• Costco store employees make better wages than those at many other

  • retailers. The company justifies the better pay and benefits for

  • workers on the grounds that happier employees will be more helpful to

  • members and improve the shopping experience

  • "In this world of, you know, what is what is stakeholder capitalism

  • versus shareholder capitalism, I think Costco's already have the

  • right approach to it, look it, you care about your associates, and

  • you care about your customers because if your associates aren't happy

  • and working hard and excited to be where they are, then your

  • customers are going to see that, your members and service levels they

  • get. And so the virtuous circle and the best thing for shareholders

  • is ultimately to have happy customers, and the way you get happy

  • customers is to have generally happy employees.

  • So to me, they've sort of gotten it the right way.

  • You know, at the end of the day, it is shareholder capitalism.

  • But the best way to benefit shareholders longer term is to take care

  • of your customers. And a key way to do that is take care of your

  • associates." Costco also offers some perks to all members that are

  • designed to make the experience of shopping more pleasant and easy.

  • The store is famous for having various stations set up throughout,

  • handing out free samples of different products, often food.

  • Costco had to briefly shut down this practice during the coronavirus

  • pandemic, no doubt disappointing many members.

  • In addition to free samples, there are also frequently in-store demos

  • of other products, such as electronics.

  • Costco also offers a concierge service for members, essentially a

  • technical support line where people can call for help with products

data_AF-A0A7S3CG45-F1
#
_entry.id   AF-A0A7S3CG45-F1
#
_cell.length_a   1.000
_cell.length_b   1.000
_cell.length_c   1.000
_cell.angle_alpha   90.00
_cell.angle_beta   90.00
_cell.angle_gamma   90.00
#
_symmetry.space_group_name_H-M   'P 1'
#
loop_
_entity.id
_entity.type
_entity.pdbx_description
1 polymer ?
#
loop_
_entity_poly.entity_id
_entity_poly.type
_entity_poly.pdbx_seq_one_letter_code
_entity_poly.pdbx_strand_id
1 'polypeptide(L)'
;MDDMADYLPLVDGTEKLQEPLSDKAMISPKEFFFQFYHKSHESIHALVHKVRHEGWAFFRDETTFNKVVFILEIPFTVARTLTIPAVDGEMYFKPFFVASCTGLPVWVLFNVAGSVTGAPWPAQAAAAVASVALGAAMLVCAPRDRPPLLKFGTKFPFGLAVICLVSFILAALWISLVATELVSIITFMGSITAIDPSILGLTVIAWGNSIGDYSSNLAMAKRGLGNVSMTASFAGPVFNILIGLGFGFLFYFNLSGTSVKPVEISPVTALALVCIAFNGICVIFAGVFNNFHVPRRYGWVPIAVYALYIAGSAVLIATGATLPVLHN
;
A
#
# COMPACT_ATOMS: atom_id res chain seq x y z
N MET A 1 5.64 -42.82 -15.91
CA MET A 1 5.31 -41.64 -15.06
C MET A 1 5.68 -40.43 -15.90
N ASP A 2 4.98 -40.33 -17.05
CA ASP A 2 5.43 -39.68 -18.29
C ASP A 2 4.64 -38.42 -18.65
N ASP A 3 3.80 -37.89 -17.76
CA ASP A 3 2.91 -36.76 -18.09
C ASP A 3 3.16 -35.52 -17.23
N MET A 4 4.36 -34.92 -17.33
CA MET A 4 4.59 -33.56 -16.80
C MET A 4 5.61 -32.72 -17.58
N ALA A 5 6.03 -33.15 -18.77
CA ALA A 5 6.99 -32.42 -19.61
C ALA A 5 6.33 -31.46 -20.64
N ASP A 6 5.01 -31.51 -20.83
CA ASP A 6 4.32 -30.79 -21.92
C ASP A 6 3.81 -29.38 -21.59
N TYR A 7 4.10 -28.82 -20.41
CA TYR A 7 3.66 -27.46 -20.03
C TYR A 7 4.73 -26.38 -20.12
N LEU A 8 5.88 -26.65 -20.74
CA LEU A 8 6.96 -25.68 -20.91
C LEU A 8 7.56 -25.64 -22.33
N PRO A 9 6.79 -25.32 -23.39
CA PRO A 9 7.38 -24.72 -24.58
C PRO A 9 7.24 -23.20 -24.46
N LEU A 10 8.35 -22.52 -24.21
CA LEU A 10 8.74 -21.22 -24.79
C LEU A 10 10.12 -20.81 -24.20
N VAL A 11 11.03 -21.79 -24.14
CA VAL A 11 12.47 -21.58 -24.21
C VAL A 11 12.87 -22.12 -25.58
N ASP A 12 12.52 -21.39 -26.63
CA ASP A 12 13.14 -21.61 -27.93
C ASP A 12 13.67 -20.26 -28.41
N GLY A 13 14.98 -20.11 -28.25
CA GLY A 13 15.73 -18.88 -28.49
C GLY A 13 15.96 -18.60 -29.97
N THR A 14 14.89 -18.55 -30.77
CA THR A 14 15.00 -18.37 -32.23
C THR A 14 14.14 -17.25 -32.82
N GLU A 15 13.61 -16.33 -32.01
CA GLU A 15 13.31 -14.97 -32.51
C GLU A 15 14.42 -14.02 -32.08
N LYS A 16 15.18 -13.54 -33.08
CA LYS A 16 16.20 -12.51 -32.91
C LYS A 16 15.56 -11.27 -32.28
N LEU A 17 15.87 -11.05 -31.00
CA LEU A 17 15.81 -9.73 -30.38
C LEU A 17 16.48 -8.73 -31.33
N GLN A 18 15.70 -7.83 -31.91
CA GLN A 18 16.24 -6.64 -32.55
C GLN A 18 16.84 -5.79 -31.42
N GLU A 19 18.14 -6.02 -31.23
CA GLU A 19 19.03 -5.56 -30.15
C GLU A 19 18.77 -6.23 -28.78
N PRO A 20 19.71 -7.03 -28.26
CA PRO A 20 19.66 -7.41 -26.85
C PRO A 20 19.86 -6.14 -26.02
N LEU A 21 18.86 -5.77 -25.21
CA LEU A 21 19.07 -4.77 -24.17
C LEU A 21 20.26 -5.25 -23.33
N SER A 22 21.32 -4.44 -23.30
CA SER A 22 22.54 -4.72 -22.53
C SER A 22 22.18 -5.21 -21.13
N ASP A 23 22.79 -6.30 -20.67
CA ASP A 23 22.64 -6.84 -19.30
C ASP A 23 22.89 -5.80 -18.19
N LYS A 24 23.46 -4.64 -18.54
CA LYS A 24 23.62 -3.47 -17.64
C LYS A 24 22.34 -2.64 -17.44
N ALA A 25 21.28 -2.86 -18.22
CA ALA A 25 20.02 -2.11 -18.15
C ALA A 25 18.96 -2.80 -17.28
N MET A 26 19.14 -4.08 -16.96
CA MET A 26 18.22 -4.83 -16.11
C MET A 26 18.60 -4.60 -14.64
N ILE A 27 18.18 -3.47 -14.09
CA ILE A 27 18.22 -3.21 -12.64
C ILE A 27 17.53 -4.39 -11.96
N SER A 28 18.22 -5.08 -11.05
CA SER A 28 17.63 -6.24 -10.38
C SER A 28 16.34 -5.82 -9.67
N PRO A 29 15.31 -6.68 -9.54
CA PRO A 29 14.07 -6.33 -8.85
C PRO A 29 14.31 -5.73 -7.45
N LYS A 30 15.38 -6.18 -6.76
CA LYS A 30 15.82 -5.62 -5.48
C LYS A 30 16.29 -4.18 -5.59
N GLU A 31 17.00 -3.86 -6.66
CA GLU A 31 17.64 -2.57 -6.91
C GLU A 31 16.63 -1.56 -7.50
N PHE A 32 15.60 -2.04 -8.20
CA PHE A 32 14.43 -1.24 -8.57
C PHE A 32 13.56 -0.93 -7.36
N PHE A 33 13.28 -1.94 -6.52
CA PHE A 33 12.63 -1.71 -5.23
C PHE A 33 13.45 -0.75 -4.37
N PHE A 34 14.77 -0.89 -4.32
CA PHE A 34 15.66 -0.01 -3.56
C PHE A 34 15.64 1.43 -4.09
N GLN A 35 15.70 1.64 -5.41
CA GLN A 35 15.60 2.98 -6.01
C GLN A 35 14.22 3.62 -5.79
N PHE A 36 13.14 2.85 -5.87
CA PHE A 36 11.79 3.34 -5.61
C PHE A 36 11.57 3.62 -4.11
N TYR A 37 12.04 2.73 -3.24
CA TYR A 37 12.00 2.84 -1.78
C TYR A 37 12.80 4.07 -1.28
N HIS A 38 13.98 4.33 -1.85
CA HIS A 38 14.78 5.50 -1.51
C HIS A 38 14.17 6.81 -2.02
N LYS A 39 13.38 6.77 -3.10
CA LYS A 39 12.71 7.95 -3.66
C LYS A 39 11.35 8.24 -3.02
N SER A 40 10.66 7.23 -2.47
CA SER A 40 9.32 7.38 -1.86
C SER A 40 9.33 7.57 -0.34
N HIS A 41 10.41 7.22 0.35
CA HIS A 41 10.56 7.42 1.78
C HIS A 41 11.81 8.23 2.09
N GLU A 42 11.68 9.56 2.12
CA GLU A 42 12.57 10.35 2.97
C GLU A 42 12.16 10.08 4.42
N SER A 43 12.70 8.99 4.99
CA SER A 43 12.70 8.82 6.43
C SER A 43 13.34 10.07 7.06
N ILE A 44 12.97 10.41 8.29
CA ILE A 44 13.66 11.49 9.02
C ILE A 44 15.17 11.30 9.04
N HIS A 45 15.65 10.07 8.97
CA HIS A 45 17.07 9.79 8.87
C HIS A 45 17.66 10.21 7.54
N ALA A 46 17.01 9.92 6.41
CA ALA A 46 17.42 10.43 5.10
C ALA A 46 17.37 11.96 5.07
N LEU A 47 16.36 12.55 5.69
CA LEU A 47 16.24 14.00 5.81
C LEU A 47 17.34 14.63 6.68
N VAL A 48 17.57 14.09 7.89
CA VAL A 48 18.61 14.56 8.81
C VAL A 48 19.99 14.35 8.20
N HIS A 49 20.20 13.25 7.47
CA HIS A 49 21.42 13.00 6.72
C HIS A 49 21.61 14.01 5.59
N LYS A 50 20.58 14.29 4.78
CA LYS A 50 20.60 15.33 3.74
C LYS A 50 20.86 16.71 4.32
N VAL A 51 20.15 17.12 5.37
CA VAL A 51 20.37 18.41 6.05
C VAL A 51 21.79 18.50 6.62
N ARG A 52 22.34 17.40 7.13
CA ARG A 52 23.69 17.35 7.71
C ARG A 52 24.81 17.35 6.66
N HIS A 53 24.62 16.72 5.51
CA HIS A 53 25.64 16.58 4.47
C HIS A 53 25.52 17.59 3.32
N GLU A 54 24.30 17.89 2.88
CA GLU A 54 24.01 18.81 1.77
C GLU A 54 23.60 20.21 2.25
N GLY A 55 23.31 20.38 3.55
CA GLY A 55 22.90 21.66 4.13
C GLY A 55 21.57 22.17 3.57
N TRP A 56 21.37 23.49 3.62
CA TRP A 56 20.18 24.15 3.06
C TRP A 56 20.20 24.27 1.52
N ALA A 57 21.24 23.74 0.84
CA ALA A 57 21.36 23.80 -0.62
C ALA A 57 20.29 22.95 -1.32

• purchased in the store.

  • While some members might be relieved to discover they are able to get

  • help with products once they have bought them, part of what Costco

  • offers is extremely careful attention to what it even chooses to

  • stock in its stores in the first place.

  • Many customers might not notice as they stroll past the pallets of

  • sodas, stacks of egg crates and towers of paper towels that despite

  • the appearance of a vast warehouse stuffed with goods, inventory is

  • tightly controlled.

  • Items are packaged in large quantities, but there is a relatively

  • small number of products, often called stock keeping units or SKU's,

  • for the unique barcode attached to any unique item.

  • A single Costco carries only about 4,000 SKU's, whereas a Walmart

  • Supercenter can carry nearly 150,000.

  • But those products are very carefully chosen.

  • In many ways, Costco was a pioneer in the now common practice of

  • collecting and analyzing customer data.

  • When a member makes a purchase at Costco, the first thing they do is

  • swipe their Costco card.

  • Evercore ISI estimates that Costco has a team of more than 100 buyers.

  • Those buyers can access shopping data when determining what sorts of

  • products they ought to fill a store's shelves with.

  • "Those buyers are able to use that information to really seek out

  • items that their members might really appreciate, that wouldn't

  • wouldn't be obvious.

  • But that could be anything from leather coats, unique jewelry items,

  • a newly packaged way or innovative way to put together a camera and

  • the lenses that maybe isn't sold anywhere else.

  • So really finding what it is that their members might like.

  • And that's what creates a treasure hunt."

  • The company uses its massive number of members as leverage when

  • negotiating with suppliers.

  • Though Costco's prices are typically low, getting the absolute lowest

  • price in a category is not always the point.